Too bad Dior had to apologize. But that's what happens when art gets mixed up with marketing. As art, it's interesting and intellectually provocative. As marketing, well, I don't know what Dior is trying to say.
  7. If the photographer wanted to draw attention to the fact that Korea is demeaning its own women, he shouldn't have done this at the expense of Dior. It's not good for their image and it's them who have to apologise now.
    If you want to protest - don't hide behind the brand and throw them under the bus. Not cool
  8. I don't understand.

    Are you saying that artists should be censored if their art inspires controversy?
  9. it was made for an art exhibition not for advertising i think...
    like make some art featuring a dior bag thing...

  10. I don't know where you saw "artists should be censored" in my words. But I believe that if "the exhibition invites contemporary artists to create works showing how they see the Lady Dior bag", it's not cool to use it for your protest and put the brand in the position where they have to apologise.
  11. He WAS censored as part of the apology; his work was removed from the exhibition. It's not like his work wasn't chosen for the exhibition. It was used by Dior, it was included in the exhibition and then removed after it generated controversy & the accompanying publicity.

    Dior should have exercised better judgement over what they chose to exhibit, rather than exhibiting controversial artwork and then blaming the artist after the fact for creating controversy.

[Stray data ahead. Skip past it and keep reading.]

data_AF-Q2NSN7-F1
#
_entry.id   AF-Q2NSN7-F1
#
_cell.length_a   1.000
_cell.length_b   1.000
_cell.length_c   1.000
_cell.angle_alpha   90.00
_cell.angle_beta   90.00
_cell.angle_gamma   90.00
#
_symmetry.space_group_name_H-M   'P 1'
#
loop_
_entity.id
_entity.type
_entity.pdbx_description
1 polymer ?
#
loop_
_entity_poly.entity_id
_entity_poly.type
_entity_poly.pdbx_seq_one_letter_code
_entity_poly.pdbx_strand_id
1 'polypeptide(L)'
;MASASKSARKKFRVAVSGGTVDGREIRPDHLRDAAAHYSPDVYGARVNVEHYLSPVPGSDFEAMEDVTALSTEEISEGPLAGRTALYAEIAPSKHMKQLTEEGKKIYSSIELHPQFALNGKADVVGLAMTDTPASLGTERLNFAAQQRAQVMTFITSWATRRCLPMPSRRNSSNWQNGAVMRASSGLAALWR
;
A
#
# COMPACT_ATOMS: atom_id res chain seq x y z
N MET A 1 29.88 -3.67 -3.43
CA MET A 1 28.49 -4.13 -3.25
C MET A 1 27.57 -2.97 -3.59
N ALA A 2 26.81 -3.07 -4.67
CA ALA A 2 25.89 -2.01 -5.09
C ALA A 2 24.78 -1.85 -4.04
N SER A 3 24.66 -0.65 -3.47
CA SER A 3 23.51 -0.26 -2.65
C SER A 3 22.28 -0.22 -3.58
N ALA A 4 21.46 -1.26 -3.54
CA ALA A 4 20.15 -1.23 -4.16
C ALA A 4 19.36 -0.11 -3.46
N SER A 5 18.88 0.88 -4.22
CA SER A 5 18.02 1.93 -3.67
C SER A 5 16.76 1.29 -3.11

12. I have to admit I really liked the photo too but of course I did not know where it was or was able to read the signage, but the pic is pretty cool to me and I did not think anything of it.
  13. I agree it is a refreshing photo of defiance on the models part and so great to not have someone draped over a sofa holding a bag as so many of the fashion magazines do. I like the colours, mood & tone in this - but that is of course without knowing what the signs said.
  14. It seems like people are confused over what is happening here. This photo is not an ad. It is in a photo exhibition in the Seoul flagship store. For reference, other artists that Dior invited to create works for this exhibition created sculptures that could have easily been mistaken for runway Lady Diors if it weren't for the fact that they were solid sculptures. No other work has trash, litter, or other unsavory slants to them. For that matter, no other artist tried to underscore societal criticisms in their works. There is clearly a serious lack of judgment from Lee Wan, no matter how his other photography may have followed these lines.

    This gaffe really sours the image of Dior. And I say this as a die-hard Dior fan. I am offended that they chose to display this photo in a flagship store. The image leaves a bitter aftertaste, and it is basically cruelly mocking its Asian clientele with this while still encouraging them to shop there via other ads and branding messages. If I were able to feel this uncomfortable after a first glance at the image, imagine how all their potential clients felt walking into the Seoul store and seeing this. It's like a slap in the face.